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First attempt at a moss slurry.
#1
Over the past year I have heard talk of making moss slurries. I always wanted to give it a try but did not have a tank to put it in so I decided to run an experiment.

Very much to my wifes dismay I used our blender to mix, dry long spagnum, a few random handfulls of moss from my 75gal, live spagnum, star, and a few I can not identify. I have heard that you can either add yogurt or beer as a food source for the moss. I wen't with beer since I don't mind the smell of that vs. rotten yogurt :roll:

I wasn't going to waste good beer on this experiment so I rummage through the garage and found a really old case of MGD 64

Blended it up into a paste and spread it over a piece of cork bark and some spagnum. Sprinkled some Kyoto moss spores on top as well. (I have never had luck growing kyoto moss)

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Covered it and forgot about it.

About four weeks later (today) I was getting ready to toss it assuming that the expirement had failed when I notice this.

NEW GROWTH!

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[Image: IMG_0997.jpg]

I can not wait until this entire thing is full of moss!
"He that is slow to believe anything and everything is of great understanding, for belief in one false principle is the beginning of all unwisdom" LaVey
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#2
The Spaghnum "skeleton" will produce all kinds of growth on it's own without any liquid help, not that liquid stuff would "hurt"....just sayin'.

Keep us posted on the MGD.

Wonder if something really yeasty like a good German Hefferveisen would amplify things....

Edit * Good lighting is paramount for the "re-growth" of the dead spag....
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#3
I am not for sharing my Hoegaarden with any one let alone moss!
"He that is slow to believe anything and everything is of great understanding, for belief in one false principle is the beginning of all unwisdom" LaVey
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#4
Ha ha nice! however ive always found accelerated growth when trying to establish new moss with just pinches of moss spread all over where you want it to grow. and it doesnt take much. just a pinch every few inches.. that way also you can harvest from an already established source by pulling a pinch every few inches and it grows back really nicely!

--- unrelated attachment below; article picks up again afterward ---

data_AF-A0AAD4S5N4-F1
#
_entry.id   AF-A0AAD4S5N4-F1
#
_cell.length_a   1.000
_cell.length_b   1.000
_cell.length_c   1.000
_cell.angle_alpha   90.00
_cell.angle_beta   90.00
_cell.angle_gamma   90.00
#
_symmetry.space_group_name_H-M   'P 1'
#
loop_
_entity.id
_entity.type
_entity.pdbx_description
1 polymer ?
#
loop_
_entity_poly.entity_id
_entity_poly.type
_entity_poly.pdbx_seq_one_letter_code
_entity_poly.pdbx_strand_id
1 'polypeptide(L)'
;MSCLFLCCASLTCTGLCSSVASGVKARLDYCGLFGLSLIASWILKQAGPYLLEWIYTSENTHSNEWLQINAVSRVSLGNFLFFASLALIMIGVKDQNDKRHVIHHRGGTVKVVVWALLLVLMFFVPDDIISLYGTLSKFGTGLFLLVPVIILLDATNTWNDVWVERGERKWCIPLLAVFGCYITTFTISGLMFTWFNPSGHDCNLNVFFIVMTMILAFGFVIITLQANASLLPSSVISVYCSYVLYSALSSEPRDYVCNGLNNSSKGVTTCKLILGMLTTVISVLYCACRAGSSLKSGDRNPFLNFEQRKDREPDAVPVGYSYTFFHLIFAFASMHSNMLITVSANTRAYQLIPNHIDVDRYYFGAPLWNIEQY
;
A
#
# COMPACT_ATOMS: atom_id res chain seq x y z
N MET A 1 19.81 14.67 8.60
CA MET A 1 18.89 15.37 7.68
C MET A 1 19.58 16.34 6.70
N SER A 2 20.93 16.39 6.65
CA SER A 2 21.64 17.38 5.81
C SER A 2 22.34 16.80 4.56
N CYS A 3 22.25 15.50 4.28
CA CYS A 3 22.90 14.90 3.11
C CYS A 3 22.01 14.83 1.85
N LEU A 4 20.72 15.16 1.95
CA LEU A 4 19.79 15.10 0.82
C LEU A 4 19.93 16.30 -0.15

If we knew what it was we were doing, it would not be called research, would it? - Albert Einstein
1.2.0 pumilio (drago colon) 1.1.0 pumilio (Escudo) 0.0.4 M. stelzneri 0.0.2 D. tinc (patricia) 0.1.0 D leucomelas
-Keith
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#5
Once this grows in I can do that with it. I kept on hearing about people doing these slurries so I wanted to give it a try. Didn't want the icky paste all over the background of a new tank especially if it wasn't going to work.
"He that is slow to believe anything and everything is of great understanding, for belief in one false principle is the beginning of all unwisdom" LaVey
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#6
oops, forgot all about this experiment. Eventually it worked and i did have a layer of moss growing but i tossed it because it was taking up room that I needed for some froglet growout vivs.
"He that is slow to believe anything and everything is of great understanding, for belief in one false principle is the beginning of all unwisdom" LaVey
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#7
When setting up a viv, I always put Lowe's brand "Better-Gro Orchid Moss" over my substrate. Most of this gets covered by leaf litter, but the spots that don't sprouts all kinds of new moss. I have even had different plants sprout from this that do good in a viv. I would think that if you are looking to cover an area with moss, this stuff would work great, even though it takes some time to come back green.
Scott Bryant
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